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Saguna and Nirguna Brahman, Shlokas from Vaishnava Literature(3)

   The ultimate reality is generally spoken of by philosophers as being either 
    the Saguna Brahman- one with attributes, and the Nirguna Brahman which  
    is without any attribute whatsoever. Although, Shankara's Advaita
    accepts the Nirguna Brahman as the Absolute Reality, it is to be noted that
    Shankara does not treat the Saguna Brahman as a fictitious entity or a mere
    figment of imagination. He says:

     nirguNam apisadbrahma nAmarUpagatiguNaih saguNam upAsanArtham tatra tatra
     upadishyate |

     Although Brahman is Nirguna, yet for purpose of meditation (upAsanA)
     the SaguNa Brahman endowed with qualities like name, form, etc, is 

     The Saguna Brahman is said to be the Nirguna Brahman associated with 
     Maya.   If Shankara thus treats the Saguna Brahman as a modification of the  
     Nirguna Brahman, the converse is the case with Vaishnava philosophers like

     Jayatirtha, the famous author of Nyayasudha, which is a truly remarkable 
     commentary on the Anuvyakhyana of Madhva, summarizes the different views 
     on Brahman  supported by the Upanishads.  

     sarvANyapi hi vedAntavAkyAnyasankhyeyakalyANaguNAkAram 
     sakaladoShagandhavidhuram ekarUpameva param brahma 
     nArAyaNAkhyam pratipAdayanti | 

     All Vedantic texts proclaim with one voice the majesty of the Supreme 
     Brahman called Narayana as being filled with an infinite number of auspicious 
     attributes and free from all imperfections.

     Jayatirtha continues:

     vishiShTatayA |

     (The same Narayana) is spoken of negatively (in the Upanishads) as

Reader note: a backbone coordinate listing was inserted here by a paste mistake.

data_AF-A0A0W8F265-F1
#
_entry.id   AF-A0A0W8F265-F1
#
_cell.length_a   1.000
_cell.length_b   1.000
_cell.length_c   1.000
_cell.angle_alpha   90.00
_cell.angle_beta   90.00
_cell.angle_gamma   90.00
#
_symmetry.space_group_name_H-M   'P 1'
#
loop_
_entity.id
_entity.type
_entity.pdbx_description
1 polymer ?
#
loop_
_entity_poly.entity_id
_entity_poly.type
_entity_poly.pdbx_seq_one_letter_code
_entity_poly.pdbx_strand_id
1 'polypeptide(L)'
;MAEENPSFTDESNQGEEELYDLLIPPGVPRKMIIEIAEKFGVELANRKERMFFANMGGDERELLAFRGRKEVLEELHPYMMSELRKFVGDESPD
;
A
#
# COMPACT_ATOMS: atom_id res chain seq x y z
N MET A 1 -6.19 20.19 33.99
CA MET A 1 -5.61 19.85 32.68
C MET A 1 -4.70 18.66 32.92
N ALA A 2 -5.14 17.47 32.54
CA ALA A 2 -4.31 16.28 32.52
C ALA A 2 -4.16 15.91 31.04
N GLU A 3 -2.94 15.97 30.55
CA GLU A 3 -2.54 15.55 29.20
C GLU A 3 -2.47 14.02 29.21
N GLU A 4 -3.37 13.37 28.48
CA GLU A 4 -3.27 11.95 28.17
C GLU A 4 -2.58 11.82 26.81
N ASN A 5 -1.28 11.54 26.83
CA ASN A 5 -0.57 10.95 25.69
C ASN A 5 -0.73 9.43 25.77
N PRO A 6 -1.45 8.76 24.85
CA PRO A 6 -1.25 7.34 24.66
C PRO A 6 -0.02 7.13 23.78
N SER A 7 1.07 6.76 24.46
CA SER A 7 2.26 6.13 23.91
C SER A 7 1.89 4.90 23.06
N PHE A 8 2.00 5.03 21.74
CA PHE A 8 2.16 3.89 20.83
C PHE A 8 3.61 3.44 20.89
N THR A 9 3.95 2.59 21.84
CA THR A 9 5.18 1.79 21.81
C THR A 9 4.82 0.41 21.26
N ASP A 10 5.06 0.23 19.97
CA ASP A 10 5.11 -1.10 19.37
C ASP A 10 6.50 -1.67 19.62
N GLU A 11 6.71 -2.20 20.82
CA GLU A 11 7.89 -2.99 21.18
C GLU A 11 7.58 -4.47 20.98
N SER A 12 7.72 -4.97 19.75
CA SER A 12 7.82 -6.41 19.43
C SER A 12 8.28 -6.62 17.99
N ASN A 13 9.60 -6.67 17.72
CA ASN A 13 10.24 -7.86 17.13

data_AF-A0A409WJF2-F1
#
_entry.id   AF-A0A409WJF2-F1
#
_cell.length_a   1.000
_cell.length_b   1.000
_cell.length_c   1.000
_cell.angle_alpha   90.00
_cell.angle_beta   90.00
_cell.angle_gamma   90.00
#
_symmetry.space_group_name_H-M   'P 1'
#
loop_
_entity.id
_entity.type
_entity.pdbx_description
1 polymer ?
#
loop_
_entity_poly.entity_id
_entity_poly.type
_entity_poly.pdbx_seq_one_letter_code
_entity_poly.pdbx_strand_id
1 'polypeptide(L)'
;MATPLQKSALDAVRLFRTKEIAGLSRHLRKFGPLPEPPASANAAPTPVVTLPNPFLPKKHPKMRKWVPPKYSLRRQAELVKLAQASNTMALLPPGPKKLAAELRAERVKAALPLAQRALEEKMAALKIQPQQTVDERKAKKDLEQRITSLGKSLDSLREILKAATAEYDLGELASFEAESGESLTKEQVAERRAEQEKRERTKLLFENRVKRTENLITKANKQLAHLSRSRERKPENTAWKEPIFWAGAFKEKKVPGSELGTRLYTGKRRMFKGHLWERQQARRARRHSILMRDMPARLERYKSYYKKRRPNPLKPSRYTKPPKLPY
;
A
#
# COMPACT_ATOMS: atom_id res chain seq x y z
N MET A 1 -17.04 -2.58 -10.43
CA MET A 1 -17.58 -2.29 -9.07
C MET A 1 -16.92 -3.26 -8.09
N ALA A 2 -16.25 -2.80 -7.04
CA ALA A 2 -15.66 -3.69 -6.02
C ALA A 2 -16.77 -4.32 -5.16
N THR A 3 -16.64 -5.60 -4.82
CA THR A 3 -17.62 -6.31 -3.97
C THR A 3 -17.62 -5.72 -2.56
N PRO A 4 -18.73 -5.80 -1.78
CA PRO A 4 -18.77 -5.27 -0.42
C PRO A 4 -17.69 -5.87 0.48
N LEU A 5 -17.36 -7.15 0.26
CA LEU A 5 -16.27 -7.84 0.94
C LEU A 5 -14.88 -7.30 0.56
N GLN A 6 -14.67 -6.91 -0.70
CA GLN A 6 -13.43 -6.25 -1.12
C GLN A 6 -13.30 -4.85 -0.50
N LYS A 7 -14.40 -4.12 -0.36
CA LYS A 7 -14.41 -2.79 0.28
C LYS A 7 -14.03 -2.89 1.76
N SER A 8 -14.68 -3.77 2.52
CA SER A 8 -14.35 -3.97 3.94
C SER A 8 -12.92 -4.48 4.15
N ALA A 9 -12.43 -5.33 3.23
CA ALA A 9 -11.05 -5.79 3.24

being free from blemishes  such as sin, suffering and liability 
       to material embodiment. 

     kAnicit sarvaparityAgena tasyaivopAdAnAya advitIyatvena |

     (The same Narayana) is spoken of as the only Absolute Nondual Reality 
     which must be sought to the exclusion of everything else. 

     Besides, these two views mentioned above, Jayatirtha mentions a few other 
     interpretations of Brahman according to the Upanishads. Thus he tries to  
     show that although these divergent views on Brahman, including the Nirguna 
     nature of Brahman, are expressed by different passages of the Upanishads, 
     all the views may be taken to describe the same God, Narayana.      

     Madhva's school interprets Vedantic passages speaking of the Nirguna Brahman
    as descriptions which only assert that Brahman is completely free of any kind
    of worldly attributes, which are not blemishless. But this does not preclude
     Brahman from having divine attributes, attributes which are not results of 
     the gunas Sattva, Rajas and Tamas.    

   Vinoba Bhave talks of the Saguna Brahman (Qualified Brahman)  and Nirguna Brahman  
    (Nonqualified Brahman) as one and the same. In his book, "Talks on the Gita",
     he says:

       ``Again and again that night, I thought of Sankaracarya, of the power of his
         Jnana, his divine certitude in Advaita, the extraordinary, glowing vairagya,
         nonattachment, which convinced him that samsara, this phenomenal life was 
         all false, of the majesty of his language and the boundless help I have          
         received from him. All night long these images stood before me. Then I 
         realized how nirguna is filled to the brim with saguna. Even seeing him
         face to face would not have evoked such love. Even Nirguna is filled with

     Vinoba is absolutely right. Even if a person exclusively meditates on the 
     Nirguna Brahman, when asked to impart this knowledge in a positive way, as  
     opposed to a negative definition such as ``Neti Neti", he will undoubtedly 
     describe it as Saguna: as AUM, Krishna, Rama, Shiva, etc. The great sage
     Shuka was an established monist from birth and by the time he met the king
     Parikshit, he was steeped in the experience of the Nirguna Brahman. Yet, 
     he derived great transcendental pleasure in narrating the Bhagavatam which
     is full of the glories of the divine Vaasudeva. Such is the nature of Krishna
     bhakti. Even the ultimate Brahman experience seems insignificant 
     compared to the transcendental bliss obtained by continuously drinking the
     nectar of reciting and listening to Krishna's pastimes and panegyrics    
     addressing  Him.   

     Shankara's Advaita emphasizes Jnana. The term Jnana is often misunderstood
     to be intellectual scholarship.  Shankara decries such  theoretical  
     knowledge in his Vivekacudamani :